Milford's College-Bound Rate More Rosy Than Recent Headlines Would Suggest

Recent headlines would suggest a negative picture for Milford's college-bound graduates. Headlines can be deceiving. Read here to find out the whole story.

Recent news articles have carried the headline that Milford's college-bound rate dipped compared to the previous calendar year.  The headlines, however, don't tell the whole story.

First, let's look at the reported dip, from 60.0% in the 2010-2011 year to 59.3% in the 2011-2012. This dip is for 4 year college enrollment.  Assuming 500 or so HS seniors in the city, this amounts to between 3 to 4 students less than the previous year have applied to 4-year colleges--hardly a huge dip.

Offsetting that ever-so-slight dip, however, is a 5-percentage point rise in students applying to 2-year colleges.  Taken together, this represents over a 4-point increase in Milford students applying to either a 4- or 2-year college.  The shift toward 2-year schools seems reasonable given the difficult economic climate experienced over the past few years.

In addition, Milford students attending top-tier universities far exceeded the targeted amount from the Board of Education 96 to 68, or 141% of target.  The tough economy is likely to make this number drop as tuitions came due, but is impressive nevertheless.

On balance, the picture for Milford graduates appears to be more positive than negative.

Can things be improved?  Absolutely.  However, as with everything, the devil is in the details.  It is important to look at the whole picture before arriving at an eye-catching headline conclusion.

This post is contributed by a community member. The views expressed in this blog are those of the author and do not necessarily reflect those of Patch Media Corporation. Everyone is welcome to submit a post to Patch. If you'd like to post a blog, go here to get started.

CuriousOrange August 25, 2012 at 03:20 PM
Looking for the devil? Track the skyrocketing rate of tuition and student debt. Tuition increases have exceeded inflation for a long time (while universities have cut spending on libraries -- where does the money go?) Student debt exceeds consumer credit card debt and cannot be discharged in bankruptcy.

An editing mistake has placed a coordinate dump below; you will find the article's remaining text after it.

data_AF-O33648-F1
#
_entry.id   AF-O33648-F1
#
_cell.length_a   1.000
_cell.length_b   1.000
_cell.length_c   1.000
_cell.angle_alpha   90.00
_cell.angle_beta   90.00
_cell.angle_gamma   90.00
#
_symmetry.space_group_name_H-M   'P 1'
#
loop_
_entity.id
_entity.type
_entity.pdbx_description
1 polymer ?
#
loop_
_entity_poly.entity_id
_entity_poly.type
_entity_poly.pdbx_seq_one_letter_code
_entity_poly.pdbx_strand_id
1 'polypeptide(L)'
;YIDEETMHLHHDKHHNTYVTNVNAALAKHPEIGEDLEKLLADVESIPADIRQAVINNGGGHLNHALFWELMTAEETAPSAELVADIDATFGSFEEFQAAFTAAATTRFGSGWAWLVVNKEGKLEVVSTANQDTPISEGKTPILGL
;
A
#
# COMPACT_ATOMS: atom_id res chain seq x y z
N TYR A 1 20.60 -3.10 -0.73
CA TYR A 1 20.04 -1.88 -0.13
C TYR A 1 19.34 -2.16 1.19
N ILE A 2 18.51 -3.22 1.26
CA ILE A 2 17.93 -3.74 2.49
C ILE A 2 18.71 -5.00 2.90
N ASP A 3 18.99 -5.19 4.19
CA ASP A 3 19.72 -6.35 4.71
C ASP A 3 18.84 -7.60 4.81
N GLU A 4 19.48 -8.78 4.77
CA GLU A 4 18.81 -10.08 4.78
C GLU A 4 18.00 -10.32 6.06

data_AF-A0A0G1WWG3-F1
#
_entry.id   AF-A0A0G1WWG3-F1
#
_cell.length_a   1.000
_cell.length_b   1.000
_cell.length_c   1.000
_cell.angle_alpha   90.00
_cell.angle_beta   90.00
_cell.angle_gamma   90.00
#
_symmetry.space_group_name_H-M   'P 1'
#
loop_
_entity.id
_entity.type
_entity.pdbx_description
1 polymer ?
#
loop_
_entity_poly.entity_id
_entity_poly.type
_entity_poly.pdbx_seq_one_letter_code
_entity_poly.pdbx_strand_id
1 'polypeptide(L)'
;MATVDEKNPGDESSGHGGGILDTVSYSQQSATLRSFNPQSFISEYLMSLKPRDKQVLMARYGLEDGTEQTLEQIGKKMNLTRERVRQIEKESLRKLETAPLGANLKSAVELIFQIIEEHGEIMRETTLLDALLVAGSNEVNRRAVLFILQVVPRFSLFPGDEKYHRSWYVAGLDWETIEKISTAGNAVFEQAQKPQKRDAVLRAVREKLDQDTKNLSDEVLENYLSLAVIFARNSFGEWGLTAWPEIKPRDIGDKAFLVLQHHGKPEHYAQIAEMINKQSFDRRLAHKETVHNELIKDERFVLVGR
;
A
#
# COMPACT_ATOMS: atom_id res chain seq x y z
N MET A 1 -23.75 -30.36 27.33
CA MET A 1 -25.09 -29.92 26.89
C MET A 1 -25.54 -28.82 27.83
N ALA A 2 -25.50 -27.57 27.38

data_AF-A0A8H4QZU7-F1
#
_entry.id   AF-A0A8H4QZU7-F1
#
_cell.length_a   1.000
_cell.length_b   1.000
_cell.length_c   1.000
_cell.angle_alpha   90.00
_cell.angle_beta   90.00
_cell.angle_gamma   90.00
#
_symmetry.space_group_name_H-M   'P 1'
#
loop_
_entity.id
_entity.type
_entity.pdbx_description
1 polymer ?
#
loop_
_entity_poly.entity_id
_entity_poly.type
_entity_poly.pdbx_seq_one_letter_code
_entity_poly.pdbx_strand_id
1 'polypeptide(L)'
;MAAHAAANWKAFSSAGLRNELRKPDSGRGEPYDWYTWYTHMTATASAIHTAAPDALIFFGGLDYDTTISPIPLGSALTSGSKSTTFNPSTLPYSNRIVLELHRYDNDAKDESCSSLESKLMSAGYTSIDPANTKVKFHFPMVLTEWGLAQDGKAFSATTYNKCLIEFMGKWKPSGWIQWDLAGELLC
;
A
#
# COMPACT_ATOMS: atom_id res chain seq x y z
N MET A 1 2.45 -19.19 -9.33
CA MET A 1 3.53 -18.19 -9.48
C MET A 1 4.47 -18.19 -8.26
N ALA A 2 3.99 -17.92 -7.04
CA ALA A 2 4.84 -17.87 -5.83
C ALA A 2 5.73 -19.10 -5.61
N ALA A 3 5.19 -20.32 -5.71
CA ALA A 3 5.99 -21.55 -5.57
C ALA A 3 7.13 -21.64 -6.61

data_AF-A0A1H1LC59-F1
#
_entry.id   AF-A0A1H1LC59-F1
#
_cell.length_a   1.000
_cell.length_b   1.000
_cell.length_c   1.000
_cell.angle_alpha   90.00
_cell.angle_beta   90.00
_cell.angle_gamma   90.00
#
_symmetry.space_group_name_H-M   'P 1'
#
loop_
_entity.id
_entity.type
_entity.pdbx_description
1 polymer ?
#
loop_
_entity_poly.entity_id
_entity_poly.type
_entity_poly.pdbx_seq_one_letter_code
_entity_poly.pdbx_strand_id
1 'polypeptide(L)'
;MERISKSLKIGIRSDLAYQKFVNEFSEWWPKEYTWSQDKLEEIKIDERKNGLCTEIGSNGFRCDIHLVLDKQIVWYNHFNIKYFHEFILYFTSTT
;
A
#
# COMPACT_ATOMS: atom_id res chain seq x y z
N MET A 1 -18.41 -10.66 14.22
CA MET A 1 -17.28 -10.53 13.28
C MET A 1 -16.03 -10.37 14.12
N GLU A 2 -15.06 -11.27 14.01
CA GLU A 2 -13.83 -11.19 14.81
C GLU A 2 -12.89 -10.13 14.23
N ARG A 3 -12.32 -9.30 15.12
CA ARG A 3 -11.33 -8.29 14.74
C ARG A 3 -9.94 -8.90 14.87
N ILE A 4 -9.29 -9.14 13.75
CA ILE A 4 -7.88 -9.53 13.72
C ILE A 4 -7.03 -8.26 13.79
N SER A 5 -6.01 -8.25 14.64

Mark Ahrens August 25, 2012 at 03:48 PM
@CuriousOrange: Agreed. I think we are at an inflection point in the way in which higher education is delivered and consumed in our country. Skyrocketing prices, high student debt, tough job market, a profound dislocation between the available jobs and the work force's training to perform those jobs are creating a confluence of forces that, I believe, will dramatically change how people receive their higher education in 10-15 years time. View Coursera (www.coursera.com) for instance. This is a consortium of top-flight universities that have put courses online for free. This is not to say that college education will be free, only that the marketplace is already morphing in reaction to some of the forces I list above. I don't have a crystal ball to predict how the delivery of higher education will change, only that the path we are on is unsustainable.
RONALD M GOLDWYN August 27, 2012 at 12:39 PM
On Wednesday I will have my 2 grandsons in college. The older one will be finishing his college course in auto-mechanics while at the same time working for Colonial Toyota thus helping to pay for his tuition at Gateway CC. His younger brother just graduated from Jonathan Law High School and will attend college in Boston with a major in computer networking. What their future will be could be financially rewarding for both brothers. More important is that both will be entering fields that they both love from a school system that prepared them for advanced education. Finally, one comment on the poll being discussed. What is lacking are the statistics regarding those students who have received their Associates degree and then entered a four year college to complete their education.


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